Sustainable. Functional. Beautiful. Open Envelope Studio achieved all three on a residential project in West Lake Hills, Texas.
When well-known architect firm Dick Clark & Associates was hired to design a new residence in West Lake Hills, they knew just who to call for the landscape architecture.
Angelica and Matt Norton at Open Envelope Studio are known for their modern landscape architecture, custom steel work and customer service. Clark called on OES to design the entry sequence to the front door, provide a beautiful view from the inside living areas, and create an outdoor space to complement his contemporary home design.
“For all of our projects, we want more than curb appeal but to activate spaces that draw our clients outside,” says Norton. “We create outdoor living spaces that are scalable and functional.”
To match the contemporary style of the home as well as use locally sourced material, Norton selected washed Colorado River Stone, Texas basalt and limestone pavers.
An exterior wall encloses portions of the garden, creating an intimate courtyard just outside the home’s floor-to-ceiling windows. Running through it is a raised cantilevered limestone boardwalk over the stone and gravel beds. The boardwalk framework is hidden for a clean look.
“One of our biggest challenges was drainage—the property is on an incredibly steep slope,” says Norton. “We worked with a civil engineer, and incorporated the gutter into a rain chain that lands into the fountain, and then a large drain from there. We wanted to create very functional features.”
Norton used mulch on one part of the driveway that is level but selected riverstone in other sloped areas.
“Riverstone is a larger material that allows water to move through it without moving,” she says. “A lot of landscapers put in decomposed granite, but it can spread and become a mess.”
Norton says she designs with maintenance in mind, so that her projects look better and better, not just at install.
Norton likes using steel for its delicacy and flexibility. She creatively used stacked steel tube to create a wall that juts out behind the fountain. At first glance, it appears to be concrete since it has the same horizontal striations.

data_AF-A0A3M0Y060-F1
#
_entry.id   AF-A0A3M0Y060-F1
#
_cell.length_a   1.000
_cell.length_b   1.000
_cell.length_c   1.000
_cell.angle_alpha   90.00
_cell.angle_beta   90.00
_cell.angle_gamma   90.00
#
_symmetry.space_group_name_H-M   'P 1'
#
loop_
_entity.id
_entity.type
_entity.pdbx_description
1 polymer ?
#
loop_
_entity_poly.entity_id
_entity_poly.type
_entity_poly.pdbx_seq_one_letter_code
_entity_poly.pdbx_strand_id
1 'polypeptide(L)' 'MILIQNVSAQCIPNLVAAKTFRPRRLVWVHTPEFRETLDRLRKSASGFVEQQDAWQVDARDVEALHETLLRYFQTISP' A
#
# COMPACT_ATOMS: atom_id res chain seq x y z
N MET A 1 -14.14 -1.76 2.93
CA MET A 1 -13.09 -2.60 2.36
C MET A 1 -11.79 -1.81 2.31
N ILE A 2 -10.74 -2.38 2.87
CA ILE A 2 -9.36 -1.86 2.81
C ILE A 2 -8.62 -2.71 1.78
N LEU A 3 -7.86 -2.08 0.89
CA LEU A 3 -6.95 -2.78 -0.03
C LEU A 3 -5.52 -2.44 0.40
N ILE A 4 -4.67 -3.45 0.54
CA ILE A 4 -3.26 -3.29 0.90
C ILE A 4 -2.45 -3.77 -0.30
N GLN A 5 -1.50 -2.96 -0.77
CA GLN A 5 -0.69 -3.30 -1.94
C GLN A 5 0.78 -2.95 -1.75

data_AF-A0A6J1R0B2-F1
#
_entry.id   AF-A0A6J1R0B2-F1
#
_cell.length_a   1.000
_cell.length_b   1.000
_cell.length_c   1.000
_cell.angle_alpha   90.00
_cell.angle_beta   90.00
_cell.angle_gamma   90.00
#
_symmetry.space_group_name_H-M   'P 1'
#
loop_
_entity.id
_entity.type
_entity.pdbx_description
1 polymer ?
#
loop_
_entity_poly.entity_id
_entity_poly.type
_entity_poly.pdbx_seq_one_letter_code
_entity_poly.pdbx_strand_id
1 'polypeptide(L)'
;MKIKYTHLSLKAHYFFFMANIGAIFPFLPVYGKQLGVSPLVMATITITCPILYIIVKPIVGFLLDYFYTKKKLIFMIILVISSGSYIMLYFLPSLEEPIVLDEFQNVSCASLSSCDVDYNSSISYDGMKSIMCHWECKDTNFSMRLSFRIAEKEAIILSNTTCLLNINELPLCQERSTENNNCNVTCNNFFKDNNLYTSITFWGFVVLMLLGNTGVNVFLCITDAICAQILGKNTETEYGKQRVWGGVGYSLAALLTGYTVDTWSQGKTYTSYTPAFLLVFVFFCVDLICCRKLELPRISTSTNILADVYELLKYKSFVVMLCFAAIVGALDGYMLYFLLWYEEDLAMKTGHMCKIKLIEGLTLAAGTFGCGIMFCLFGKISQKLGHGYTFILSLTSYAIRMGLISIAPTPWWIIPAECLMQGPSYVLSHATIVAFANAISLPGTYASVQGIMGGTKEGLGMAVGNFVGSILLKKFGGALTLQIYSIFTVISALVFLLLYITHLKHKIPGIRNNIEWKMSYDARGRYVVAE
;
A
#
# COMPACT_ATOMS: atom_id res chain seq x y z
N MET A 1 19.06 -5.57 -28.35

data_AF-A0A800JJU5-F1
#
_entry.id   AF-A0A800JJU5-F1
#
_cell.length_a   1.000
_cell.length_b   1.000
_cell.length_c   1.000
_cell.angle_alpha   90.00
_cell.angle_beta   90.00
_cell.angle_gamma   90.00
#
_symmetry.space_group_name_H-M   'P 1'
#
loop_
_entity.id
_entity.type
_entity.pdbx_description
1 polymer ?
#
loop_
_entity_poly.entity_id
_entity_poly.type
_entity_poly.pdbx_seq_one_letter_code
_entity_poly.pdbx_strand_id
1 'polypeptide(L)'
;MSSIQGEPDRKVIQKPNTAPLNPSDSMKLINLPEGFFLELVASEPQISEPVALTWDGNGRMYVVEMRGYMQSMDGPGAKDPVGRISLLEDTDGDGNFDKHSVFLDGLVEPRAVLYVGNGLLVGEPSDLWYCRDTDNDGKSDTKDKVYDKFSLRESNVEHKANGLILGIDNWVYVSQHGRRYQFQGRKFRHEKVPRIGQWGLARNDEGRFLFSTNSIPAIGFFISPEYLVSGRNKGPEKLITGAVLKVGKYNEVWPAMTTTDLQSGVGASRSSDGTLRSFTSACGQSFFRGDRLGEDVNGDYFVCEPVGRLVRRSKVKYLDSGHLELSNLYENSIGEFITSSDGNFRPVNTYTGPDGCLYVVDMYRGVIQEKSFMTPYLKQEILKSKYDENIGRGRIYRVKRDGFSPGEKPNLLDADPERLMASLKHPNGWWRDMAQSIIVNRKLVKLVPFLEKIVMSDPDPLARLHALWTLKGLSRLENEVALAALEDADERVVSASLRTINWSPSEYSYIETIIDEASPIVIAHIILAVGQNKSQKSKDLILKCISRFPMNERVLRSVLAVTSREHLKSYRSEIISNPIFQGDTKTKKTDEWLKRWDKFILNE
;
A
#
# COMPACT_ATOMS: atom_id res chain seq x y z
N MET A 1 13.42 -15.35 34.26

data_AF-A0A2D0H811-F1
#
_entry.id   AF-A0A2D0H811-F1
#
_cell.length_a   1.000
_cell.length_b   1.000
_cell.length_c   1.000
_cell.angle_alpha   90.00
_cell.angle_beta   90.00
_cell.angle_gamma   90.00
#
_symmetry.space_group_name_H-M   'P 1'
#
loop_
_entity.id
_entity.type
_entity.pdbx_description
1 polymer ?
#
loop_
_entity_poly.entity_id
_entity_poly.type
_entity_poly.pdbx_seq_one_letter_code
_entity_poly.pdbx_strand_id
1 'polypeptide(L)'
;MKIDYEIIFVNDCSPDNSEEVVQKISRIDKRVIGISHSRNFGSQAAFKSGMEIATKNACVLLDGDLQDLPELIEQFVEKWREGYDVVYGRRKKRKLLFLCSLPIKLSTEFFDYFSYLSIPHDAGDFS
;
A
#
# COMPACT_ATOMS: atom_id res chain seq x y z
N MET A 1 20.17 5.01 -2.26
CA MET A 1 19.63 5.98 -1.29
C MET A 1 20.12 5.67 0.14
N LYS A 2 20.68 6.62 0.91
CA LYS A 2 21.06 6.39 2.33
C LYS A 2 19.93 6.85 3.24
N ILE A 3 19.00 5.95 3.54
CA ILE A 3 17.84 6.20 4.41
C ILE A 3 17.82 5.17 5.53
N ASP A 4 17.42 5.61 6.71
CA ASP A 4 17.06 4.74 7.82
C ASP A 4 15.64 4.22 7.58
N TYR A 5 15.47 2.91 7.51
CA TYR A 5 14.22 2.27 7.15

“I love the patina; I love how durable it is,” she says. “The composition just seemed right to go between the riverstone and the basalt.”
Norton replaced trees and added plants to make the area both private and lush while following city code.
“We knew ahead of time that some of the natural plantings were going to get demolished or damaged during the construction process, and we would need to adhere to the tree caliper replacement laws,” says Norton.
Norton selected river ferns, clumping bamboo, meadow sedge, woolly stemodia, inland sea grass, bicolor irises, red yucca, purple trailing lantana, and Texas Mountain Laurel. Her team planted more than 20 trees including live oaks, Monterrey oaks, cedar elms, Texas red oaks and bur oak.
“Most of our plants were native and if not native, adaptable,” she says. “We wanted them to be drought-tolerant and attract local wildlife for food and habitat.”
Norton was part of the second graduating class for UT Austin’s landscape architecture program.
“It was drilled in my head from day 1 about using plants that are better for the area,” she says. “They really focus on sustainability.”
Another challenge they faced was with the property’s natural limestone shelves underground.
“It was hard to dig holes for plantings,” she says. “We thought we could do it with rock hammer, but we ended up renting an Auger attachment to bore holes into the ground to install the trees.”
All of that hard work and thoughtful design paid off, and the final space is modern yet natural, and sculptural yet inviting—a perfect balance.
The project took about 14 months and came in around $200,000.